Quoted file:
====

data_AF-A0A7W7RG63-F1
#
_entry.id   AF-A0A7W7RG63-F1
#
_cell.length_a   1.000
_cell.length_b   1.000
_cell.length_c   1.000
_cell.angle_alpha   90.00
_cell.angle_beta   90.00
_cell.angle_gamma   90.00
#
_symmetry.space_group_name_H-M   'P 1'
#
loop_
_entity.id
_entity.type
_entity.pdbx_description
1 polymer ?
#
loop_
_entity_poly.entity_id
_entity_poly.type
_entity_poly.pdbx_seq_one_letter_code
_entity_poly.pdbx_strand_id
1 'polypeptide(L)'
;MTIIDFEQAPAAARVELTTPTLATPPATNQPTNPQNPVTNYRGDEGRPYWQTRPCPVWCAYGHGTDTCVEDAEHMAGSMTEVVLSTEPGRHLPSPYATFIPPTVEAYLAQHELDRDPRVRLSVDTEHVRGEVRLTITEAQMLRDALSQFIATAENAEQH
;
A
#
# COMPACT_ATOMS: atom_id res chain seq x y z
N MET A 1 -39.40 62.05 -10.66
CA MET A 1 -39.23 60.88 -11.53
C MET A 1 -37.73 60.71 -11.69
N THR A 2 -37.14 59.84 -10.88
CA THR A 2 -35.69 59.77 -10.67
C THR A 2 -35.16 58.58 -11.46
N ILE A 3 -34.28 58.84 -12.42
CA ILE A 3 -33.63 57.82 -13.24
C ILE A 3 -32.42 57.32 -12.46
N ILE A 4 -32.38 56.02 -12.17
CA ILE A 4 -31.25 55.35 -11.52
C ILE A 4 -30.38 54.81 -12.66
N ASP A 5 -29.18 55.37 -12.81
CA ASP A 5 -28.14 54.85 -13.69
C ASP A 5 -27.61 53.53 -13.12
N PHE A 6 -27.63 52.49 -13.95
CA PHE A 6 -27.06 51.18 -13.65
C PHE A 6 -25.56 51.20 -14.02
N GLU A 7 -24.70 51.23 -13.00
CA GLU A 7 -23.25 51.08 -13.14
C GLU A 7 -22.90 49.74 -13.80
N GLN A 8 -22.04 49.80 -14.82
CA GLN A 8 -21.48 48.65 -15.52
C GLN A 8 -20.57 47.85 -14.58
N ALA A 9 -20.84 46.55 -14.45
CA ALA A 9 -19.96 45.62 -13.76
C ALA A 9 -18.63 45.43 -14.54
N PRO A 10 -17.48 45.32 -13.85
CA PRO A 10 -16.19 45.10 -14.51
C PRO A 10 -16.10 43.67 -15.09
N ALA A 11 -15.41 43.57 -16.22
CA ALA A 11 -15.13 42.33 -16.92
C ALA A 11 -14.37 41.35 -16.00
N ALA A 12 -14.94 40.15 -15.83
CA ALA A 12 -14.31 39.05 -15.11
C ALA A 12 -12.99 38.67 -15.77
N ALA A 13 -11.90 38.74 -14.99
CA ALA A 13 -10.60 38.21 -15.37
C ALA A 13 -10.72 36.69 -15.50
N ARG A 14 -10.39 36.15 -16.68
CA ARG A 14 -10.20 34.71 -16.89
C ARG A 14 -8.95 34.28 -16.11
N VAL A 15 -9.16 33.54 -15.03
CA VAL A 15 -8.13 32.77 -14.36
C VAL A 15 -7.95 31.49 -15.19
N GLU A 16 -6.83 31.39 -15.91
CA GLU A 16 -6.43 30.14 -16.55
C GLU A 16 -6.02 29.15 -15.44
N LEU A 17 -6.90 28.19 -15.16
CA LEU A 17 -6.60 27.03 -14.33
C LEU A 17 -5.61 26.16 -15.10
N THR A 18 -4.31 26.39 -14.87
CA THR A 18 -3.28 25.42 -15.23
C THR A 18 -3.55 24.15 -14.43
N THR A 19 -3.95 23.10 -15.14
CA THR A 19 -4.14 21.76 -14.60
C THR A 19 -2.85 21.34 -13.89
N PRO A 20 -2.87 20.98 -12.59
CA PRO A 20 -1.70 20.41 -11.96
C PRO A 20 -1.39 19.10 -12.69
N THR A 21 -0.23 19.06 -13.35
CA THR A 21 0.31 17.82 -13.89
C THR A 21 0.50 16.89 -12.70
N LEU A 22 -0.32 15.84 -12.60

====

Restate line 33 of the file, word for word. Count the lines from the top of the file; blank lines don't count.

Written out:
C MET A 1 -37.73 60.71 -11.69